Malala Speaks Out on Pakistan’s ‘Joyland’ Ban: ‘Too Often In My Country, We Expect Art to Serve as Public Relations’ (EXCLUSIVE)

Malala Joyland

At a certain point last month, someone in London or Los Angeles could listen to Arooj Aftab’s music in their AirPods, tuck Taymour Soomro’s debut novel “Other Names for Love” into their bag and head out to a screening of Saim Sadiq’s film “Joyland,” where outside the theater they would pass a movie poster featuring a painting by Salman Toor.

2022 proved to be a banner year for Pakistani artists. Aftab delivered the country’s first Grammy award, winning for best global music performance. Sharmeen Obaid-Chinoy directed episodes of “Ms. Marvel,” the critically-acclaimed Disney+ series featuring the first Muslim superhero in the Marvel universe. Novels like Soomro’s “Other Names for Love” and Mohsin Hamid’s “The Last White Man” won praise from critics. Toor became an art-world star with an exhibition at the Whitney Museum and paintings selling for hundreds of thousands of dollars.

Debut writer and director Sadiq’s “Joyland” was the first Pakistani film selected to screen at Cannes, where it won a prestigious jury prize. After standing ovations from film festival audiences around the world, Pakistan selected it as their official Oscar submission. On Nov. 18, “Joyland” was scheduled to open in the country where it was made — a long-awaited homecoming for the cast and crew, and a chance for Pakistanis to celebrate a film ranked among the best in global cinema.

But last week the government caved to pressure from a small group of critics and overturned the censor board’s approval of the film, effectively banning it from screens across Pakistan. As most of those lodging complaints have not seen the film, it’s difficult to understand why they claim “Joyland” is “repugnant” and unfit for Pakistani audiences, but many comments on social media focus on a character called Biba, an ambitious dancer and trans woman, played by 24-year-old Lahori actress Alina Khan.

“Joyland” is not activism posing as art; it doesn’t argue for a particular point of view or issue a call to action. The film treats each character with compassion, from the ageing grandfather imposing his will on his family to the young wife who wants more than the men around her are willing to give. It’s a film about the ways in which patriarchy hurts everyone — men, women and children. It’s a film about the healing powers of female friendship and solidarity. It’s a film about the costs of ignoring our own dreams to conform to society around us.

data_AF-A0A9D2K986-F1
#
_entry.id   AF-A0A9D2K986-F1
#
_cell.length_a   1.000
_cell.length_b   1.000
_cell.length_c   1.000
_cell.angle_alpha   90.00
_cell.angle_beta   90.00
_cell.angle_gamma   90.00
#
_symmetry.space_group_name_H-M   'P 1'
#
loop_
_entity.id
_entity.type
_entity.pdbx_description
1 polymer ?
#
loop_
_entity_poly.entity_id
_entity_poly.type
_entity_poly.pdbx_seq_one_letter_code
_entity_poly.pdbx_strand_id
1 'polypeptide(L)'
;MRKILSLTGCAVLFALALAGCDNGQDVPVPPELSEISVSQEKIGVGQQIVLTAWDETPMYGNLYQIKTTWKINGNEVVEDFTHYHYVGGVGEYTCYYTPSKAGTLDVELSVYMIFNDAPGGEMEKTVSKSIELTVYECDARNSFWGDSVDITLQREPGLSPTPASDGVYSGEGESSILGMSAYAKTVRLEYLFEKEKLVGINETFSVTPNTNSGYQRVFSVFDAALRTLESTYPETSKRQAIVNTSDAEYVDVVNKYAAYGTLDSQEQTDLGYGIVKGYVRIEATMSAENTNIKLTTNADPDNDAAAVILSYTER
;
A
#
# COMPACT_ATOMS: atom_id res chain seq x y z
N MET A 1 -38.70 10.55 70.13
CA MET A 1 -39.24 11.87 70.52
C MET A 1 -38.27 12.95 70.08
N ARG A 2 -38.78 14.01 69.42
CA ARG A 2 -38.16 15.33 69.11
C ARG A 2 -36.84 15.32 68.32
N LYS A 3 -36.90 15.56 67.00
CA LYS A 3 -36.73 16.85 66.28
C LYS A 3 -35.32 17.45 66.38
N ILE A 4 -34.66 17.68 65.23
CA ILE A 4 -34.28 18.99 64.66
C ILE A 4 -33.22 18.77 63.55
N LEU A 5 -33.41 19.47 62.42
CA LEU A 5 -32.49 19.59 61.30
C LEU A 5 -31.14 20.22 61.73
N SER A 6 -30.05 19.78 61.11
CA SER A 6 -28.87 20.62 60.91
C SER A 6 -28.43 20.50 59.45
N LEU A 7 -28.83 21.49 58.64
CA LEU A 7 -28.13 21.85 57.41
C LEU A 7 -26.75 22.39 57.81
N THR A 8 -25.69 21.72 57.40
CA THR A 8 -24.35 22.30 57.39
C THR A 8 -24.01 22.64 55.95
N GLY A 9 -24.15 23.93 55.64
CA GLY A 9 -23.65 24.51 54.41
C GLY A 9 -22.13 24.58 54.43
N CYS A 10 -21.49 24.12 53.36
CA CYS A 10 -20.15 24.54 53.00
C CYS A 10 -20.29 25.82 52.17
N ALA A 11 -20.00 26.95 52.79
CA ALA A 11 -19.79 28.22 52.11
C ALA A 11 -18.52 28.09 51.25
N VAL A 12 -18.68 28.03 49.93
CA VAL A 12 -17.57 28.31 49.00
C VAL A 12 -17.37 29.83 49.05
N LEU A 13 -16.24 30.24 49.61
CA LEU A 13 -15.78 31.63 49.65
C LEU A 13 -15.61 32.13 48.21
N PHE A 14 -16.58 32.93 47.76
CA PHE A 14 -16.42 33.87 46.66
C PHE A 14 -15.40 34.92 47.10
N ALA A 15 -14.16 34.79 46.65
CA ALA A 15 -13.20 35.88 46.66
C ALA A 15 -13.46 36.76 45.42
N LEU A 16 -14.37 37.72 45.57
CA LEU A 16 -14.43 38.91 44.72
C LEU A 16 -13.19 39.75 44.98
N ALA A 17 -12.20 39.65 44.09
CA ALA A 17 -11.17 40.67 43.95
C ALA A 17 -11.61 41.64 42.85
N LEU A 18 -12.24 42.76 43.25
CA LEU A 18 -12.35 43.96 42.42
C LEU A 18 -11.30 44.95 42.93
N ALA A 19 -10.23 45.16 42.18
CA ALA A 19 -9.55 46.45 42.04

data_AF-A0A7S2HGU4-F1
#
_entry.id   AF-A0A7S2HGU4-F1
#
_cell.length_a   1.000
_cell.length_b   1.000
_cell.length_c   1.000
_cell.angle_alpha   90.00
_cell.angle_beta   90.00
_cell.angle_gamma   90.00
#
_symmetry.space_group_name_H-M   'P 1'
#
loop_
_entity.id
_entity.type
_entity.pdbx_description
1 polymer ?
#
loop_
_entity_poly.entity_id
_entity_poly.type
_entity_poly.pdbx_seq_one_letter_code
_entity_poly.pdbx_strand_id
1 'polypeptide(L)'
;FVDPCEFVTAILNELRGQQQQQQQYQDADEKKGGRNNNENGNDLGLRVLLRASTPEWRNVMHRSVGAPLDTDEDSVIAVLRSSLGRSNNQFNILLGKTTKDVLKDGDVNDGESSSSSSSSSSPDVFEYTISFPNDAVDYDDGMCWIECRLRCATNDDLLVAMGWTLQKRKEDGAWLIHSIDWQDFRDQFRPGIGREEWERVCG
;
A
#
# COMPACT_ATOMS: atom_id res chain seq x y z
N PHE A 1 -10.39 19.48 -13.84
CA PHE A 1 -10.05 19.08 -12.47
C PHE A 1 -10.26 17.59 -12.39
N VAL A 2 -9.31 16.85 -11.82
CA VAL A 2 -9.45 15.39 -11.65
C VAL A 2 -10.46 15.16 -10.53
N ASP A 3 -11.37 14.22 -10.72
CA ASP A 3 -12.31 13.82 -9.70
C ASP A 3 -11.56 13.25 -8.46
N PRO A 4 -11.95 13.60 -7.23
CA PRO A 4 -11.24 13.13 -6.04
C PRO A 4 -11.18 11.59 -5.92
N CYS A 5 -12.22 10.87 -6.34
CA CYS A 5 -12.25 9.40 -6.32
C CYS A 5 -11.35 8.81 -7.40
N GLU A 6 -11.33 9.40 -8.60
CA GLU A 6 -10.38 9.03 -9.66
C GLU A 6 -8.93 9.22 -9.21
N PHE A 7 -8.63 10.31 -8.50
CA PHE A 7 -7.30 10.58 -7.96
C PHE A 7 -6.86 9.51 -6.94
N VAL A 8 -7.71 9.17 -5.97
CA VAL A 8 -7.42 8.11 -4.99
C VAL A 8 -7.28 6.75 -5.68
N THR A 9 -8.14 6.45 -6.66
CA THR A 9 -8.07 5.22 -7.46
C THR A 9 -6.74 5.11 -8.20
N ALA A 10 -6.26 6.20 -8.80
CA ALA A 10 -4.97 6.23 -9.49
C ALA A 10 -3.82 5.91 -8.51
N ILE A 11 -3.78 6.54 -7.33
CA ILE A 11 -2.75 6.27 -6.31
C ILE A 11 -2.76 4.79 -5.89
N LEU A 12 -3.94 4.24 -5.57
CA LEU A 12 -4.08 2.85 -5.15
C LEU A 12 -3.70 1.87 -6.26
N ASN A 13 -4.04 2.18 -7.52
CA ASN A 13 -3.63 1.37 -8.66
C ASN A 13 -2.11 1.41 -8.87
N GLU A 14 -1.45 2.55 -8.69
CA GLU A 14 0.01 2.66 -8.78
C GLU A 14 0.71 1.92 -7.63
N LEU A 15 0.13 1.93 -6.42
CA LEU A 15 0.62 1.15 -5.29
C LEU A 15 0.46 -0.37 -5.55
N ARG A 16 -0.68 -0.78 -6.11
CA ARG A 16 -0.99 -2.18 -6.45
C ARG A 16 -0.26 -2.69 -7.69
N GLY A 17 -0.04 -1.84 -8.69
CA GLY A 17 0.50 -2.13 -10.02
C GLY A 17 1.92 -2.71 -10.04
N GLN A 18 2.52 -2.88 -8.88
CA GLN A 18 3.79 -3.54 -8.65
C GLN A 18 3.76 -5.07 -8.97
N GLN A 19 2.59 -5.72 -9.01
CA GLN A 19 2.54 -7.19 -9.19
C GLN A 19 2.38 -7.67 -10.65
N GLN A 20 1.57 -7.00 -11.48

“Joyland” is also a love letter to Pakistan, to its culture, food, fashion and, most of all, its people. How tragic that a film created by and for Pakistanis is now banned from our screens because of claims that it does not “represent our way of life” or “portrays a negative image of our country.” The opposite is true — the film reflects reality for millions of ordinary Pakistanis, people who yearn for freedom and fulfilment, people who create moments of joy every day for those they love.

Too often in my country, we expect art to serve as public relations. Tired of seeing negative portraits from the rest of the world, we want stories that cast ourselves as unequivocal heroes. The most popular films feature male leads vanquishing their mortal enemies and female characters who exist only in context of their romantic relationships. A numbness sets in as we collectively decide we would rather believe the fantasy than look in the mirror. When a film like Sadiq’s raises up working class or trans characters, and women struggling to assert themselves against rigid and very real social norms, we turn away.

In doing so, we reject the spectacular talent of Pakistani artists that a film like “Joyland” represents. So many of our best and brightest — from Kumail Nanjiani to Kamila Shamsie to Shahzia Sikander — have found more success in Europe or the U.S. What message are we sending to the next generation who, like Sadiq, want to make films in Karachi or Swat Valley, when we ban art by our own people?

Last month at Variety’s Power of Women awards in Los Angeles, I told the audience that Muslims make up 25% of the world’s population, but only 1% of characters in popular TV series. When we do see Muslims on screen, they are often the perpetrators or victims of terrorism. That’s Hollywood’s problem to solve — and I, along with other Pakistani and Muslim creators, hope to be part of the solution. But audiences must also be open to the truth when our filmmakers reveal it. We should be the first, the loudest and the most jubilant supporters of artists who tell our stories. “Joyland” offers Pakistan that opportunity, if only we’re willing to take it.

Malala Yousafzai is an executive producer on “Joyland,” president of Extracurricular Productions and the youngest Nobel laureate.